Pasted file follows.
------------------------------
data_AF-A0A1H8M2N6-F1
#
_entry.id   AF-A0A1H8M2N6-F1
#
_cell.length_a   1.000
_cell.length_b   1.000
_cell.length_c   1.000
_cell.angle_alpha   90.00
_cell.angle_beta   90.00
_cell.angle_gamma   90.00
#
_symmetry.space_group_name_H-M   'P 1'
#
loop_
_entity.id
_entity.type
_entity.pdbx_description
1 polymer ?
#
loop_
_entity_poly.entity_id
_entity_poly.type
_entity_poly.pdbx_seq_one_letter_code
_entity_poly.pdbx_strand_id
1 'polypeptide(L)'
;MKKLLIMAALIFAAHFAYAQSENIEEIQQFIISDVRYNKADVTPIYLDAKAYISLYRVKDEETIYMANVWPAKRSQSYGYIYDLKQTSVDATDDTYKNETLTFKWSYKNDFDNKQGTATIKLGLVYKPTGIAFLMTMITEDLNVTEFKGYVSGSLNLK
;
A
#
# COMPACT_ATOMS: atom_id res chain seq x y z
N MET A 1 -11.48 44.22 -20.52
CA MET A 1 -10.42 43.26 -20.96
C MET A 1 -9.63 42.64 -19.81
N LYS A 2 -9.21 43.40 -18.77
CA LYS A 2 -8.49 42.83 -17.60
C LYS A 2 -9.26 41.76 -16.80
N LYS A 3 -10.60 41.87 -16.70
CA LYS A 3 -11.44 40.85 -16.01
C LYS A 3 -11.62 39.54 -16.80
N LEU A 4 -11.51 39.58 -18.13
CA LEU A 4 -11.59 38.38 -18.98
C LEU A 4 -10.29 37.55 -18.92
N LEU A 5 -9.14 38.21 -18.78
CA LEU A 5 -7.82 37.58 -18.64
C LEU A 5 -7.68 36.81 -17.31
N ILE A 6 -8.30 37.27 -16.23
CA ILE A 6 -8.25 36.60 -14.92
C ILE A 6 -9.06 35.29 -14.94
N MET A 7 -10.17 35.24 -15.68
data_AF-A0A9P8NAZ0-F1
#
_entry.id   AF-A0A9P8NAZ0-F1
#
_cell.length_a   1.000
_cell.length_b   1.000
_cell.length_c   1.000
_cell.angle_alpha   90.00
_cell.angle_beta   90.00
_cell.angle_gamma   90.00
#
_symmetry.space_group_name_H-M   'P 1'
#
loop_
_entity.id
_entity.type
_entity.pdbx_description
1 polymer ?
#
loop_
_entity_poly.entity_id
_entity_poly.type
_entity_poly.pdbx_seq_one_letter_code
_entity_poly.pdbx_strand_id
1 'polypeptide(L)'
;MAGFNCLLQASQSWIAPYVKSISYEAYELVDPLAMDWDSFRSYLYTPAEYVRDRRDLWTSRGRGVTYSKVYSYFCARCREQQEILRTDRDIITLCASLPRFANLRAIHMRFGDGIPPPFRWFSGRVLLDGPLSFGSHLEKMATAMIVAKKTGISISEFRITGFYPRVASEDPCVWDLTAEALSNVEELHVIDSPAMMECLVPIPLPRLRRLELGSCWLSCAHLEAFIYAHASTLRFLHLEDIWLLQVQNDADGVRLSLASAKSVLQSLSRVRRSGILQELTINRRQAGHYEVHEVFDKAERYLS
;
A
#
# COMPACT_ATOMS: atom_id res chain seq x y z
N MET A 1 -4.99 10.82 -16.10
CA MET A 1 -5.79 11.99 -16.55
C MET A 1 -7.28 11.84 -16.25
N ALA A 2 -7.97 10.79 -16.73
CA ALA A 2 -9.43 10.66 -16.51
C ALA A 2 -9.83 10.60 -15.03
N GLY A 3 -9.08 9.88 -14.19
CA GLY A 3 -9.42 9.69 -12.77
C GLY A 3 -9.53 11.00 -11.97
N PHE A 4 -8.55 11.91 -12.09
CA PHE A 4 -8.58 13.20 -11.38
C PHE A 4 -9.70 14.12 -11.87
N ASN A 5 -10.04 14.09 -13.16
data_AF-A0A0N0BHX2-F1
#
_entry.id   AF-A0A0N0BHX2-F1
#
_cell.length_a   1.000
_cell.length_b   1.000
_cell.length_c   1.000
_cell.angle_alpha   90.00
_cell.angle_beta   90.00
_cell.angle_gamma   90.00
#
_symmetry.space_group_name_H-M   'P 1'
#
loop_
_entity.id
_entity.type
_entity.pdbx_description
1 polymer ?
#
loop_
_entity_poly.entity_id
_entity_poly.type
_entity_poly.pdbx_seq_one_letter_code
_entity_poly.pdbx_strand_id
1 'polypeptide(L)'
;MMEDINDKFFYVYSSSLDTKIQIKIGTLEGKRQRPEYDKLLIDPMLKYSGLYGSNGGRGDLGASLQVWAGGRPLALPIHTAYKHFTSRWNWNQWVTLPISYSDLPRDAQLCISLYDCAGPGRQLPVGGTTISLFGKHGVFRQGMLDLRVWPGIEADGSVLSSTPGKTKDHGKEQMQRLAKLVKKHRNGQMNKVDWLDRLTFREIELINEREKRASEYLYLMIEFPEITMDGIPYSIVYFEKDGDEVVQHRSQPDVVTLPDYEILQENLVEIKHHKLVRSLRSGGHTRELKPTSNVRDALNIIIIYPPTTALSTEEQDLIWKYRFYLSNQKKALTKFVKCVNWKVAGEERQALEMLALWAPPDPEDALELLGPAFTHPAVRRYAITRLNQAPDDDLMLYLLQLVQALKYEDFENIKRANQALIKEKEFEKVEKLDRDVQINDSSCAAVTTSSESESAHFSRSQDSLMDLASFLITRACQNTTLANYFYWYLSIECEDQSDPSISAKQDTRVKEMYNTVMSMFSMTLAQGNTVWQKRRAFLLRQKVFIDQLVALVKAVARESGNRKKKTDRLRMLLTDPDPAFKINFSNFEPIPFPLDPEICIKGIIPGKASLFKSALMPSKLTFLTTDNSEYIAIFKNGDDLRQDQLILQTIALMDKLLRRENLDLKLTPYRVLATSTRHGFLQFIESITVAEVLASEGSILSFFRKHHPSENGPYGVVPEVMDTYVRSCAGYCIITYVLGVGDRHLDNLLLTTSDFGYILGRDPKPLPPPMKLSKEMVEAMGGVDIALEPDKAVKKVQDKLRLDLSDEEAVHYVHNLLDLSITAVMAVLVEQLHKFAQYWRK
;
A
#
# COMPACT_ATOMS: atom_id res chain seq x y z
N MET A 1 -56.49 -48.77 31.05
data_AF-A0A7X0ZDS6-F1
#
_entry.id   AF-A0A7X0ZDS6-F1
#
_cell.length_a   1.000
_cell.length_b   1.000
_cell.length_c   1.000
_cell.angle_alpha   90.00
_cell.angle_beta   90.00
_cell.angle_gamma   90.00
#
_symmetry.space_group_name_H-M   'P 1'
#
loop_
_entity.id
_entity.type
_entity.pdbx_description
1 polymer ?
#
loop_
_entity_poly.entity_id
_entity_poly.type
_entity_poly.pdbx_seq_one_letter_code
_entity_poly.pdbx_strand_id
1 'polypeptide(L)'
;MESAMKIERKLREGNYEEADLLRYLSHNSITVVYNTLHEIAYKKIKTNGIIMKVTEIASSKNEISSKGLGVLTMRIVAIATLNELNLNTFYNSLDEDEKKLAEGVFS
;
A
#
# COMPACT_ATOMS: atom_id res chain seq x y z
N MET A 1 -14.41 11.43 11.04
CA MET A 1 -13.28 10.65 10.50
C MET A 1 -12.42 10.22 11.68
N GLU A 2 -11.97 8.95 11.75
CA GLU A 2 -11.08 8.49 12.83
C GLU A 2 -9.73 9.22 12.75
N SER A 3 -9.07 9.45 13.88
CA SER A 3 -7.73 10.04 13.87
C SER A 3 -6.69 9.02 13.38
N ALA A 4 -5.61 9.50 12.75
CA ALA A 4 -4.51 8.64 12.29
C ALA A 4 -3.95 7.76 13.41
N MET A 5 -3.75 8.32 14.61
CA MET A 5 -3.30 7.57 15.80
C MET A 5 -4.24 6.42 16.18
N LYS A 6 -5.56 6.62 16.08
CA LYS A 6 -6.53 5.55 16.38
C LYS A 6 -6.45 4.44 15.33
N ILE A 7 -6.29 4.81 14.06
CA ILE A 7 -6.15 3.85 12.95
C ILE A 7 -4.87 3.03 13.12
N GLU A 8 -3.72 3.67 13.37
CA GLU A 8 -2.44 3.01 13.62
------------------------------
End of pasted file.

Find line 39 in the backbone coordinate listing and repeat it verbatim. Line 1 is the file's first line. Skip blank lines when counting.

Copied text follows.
C LYS A 3 -11.62 39.54 -16.80